- Opportunity - I read somewhere that Ukraine can possibly become a place where companies intent of moving facilities out of China, with some of the some of the advantages China now possesses, including an educated workforce, attractive wages and cheap land costs. European companies have already developed a significant supply chain in Ukraine, including in auto parts, some machinery and electronics.
- Risk – Ukraine has not succeeded in attracting much foreign direct investment. Currently, one of the largest sectors attracting foreign investment is renewable energy, wind, solar and biomass, attracted to Ukraine’s “green tariffs,” where the major beneficiaries include oligarchs who control the generation and distribution of electricity. If Ukraine is going to attract investments by companies moving their operations out of China, Ukraine will have to improve property rights and the integrity of its judicial system.
- Opportunity – In spite of Economy Minister’s Petrashko’s statements to the contrary, Ukraine’s banking system is becoming more profitable, as shown in this report from the Kyiv Post. Much of the profitability is from consumer loans extended at high rates. The National Bank of Ukraine has reduced its discount rate to 8%, which will hopefully result in increased business lending. However, for this to happen Ukraine will have to improve its creditor and property rights, without which banks won’t lend to businesses. Based on the interviews that I’ve read or seen, I don’t believe Minister Petrashko has a strong understanding of the significance of property rights, as they relate to extensions of business credit. However, some people whose opinions I value, speak highly of Petrashko. We’ll see.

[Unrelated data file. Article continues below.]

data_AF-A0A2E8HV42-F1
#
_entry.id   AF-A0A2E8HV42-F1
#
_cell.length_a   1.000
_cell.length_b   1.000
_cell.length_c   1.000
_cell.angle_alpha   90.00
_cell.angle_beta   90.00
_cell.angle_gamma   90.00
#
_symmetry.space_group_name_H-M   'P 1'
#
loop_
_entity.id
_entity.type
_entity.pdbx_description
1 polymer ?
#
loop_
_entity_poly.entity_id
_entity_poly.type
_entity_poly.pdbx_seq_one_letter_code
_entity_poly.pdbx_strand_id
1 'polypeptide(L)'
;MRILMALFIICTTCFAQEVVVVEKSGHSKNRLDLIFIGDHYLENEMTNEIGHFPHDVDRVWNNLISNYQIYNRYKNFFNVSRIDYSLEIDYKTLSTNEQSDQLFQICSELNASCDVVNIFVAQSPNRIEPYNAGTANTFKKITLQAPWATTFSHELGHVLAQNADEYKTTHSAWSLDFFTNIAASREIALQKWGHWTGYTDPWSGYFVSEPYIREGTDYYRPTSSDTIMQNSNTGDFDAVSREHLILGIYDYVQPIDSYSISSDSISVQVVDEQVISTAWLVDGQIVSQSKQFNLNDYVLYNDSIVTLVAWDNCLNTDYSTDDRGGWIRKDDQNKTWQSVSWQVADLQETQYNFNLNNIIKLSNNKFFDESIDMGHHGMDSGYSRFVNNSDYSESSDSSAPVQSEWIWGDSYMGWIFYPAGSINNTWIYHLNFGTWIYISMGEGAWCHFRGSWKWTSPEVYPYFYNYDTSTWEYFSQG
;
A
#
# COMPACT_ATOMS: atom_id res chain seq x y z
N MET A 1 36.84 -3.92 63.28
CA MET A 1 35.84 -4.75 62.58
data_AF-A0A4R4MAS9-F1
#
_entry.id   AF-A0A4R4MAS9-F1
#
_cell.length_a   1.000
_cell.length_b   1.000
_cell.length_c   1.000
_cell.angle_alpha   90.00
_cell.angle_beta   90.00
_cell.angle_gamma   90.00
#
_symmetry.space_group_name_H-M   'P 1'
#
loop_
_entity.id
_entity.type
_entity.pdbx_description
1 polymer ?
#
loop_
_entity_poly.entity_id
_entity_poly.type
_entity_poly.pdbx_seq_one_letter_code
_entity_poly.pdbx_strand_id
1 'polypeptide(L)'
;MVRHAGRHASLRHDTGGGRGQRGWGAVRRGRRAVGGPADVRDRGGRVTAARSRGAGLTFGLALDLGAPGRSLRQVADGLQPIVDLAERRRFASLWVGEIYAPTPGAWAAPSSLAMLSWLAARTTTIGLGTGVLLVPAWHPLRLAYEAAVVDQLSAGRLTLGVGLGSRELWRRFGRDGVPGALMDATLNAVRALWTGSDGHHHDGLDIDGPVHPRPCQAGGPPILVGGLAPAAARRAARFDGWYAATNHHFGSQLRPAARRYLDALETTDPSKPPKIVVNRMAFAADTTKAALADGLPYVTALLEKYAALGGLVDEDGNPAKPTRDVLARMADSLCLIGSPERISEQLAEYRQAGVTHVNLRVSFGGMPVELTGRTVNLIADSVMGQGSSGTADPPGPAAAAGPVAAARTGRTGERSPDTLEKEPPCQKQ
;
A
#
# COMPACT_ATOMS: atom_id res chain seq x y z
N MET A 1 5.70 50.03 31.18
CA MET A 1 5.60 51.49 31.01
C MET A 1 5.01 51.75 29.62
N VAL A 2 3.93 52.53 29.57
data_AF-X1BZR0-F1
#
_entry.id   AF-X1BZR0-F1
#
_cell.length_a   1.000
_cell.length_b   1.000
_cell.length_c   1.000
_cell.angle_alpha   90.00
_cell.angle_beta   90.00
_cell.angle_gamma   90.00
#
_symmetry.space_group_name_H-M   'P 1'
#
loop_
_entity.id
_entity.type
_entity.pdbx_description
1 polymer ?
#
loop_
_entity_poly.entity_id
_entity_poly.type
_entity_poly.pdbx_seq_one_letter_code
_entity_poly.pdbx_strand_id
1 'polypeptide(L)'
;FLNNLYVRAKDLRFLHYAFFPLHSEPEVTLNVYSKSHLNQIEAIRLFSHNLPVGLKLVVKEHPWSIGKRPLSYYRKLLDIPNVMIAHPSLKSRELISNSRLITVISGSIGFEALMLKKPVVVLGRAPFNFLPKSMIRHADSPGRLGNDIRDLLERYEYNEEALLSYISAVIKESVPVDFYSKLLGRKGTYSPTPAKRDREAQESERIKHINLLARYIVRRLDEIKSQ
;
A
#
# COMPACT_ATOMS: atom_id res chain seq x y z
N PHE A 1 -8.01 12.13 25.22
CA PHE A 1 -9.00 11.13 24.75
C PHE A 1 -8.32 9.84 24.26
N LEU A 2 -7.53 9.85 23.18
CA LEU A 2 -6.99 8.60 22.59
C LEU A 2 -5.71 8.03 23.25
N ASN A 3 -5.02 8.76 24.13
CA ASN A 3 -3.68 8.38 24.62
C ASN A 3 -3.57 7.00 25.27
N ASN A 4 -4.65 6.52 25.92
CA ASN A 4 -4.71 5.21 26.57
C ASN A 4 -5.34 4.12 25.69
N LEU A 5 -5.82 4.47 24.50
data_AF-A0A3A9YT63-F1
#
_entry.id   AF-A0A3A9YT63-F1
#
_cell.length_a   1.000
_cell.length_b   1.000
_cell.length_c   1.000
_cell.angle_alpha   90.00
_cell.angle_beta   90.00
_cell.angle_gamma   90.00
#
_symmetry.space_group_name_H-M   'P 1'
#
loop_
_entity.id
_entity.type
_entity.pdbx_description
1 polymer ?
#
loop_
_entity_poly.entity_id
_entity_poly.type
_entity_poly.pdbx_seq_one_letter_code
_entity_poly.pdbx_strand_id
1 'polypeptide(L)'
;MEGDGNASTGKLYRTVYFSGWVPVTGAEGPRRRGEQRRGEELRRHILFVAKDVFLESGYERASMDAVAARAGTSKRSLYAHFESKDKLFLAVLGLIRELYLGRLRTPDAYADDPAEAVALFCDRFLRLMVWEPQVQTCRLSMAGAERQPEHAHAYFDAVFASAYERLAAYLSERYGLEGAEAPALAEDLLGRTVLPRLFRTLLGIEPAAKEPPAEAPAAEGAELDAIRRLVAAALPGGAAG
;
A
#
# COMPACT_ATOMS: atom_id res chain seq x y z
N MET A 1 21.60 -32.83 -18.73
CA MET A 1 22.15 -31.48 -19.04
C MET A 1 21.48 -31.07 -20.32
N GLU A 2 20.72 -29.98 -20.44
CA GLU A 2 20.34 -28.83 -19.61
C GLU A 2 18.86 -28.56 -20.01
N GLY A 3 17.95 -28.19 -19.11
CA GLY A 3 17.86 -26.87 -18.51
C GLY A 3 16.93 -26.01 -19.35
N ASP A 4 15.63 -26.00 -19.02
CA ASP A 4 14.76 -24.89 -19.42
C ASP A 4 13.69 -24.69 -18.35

- Risk - According to this report from the European Business Association, private Ukrainian companies have taken a major hit from Covid-19. One unfortunate result may be Ukraine’s economy becoming more concentrated, on business combines controlled by oligarchs and state-owned industries. I’m concerned about the level of Government support that independent businesses can expect, given the current leadership at the Ministry of Economy.
- Opportunity – The IMF is about to release the proceeds of a $5bn Standby Loan to Ukraine. This will also result in the release of additional funds, from both the EU and the US, and improved access to international capital markets.
- Risk – Ukraine is facing the prospect of rolling over approximately $17bn of maturing sovereign debt in 2021 and the balance of 2020, plus the prospect of paying off maturing GDP warrants, attached to the sovereign debt that was re-negotiated in 2015, that are triggered based on Ukraine’s GDP growth.
- Opportunity – China has now become Ukraine’s largest trading partner, with $1.93bn of imports in the first quarter of 2019, consisting primarily of machinery, plastics and vehicles. Exports primarily consist of agricultural commodities.
- Risk – Balance of trade is largely in China’s favor.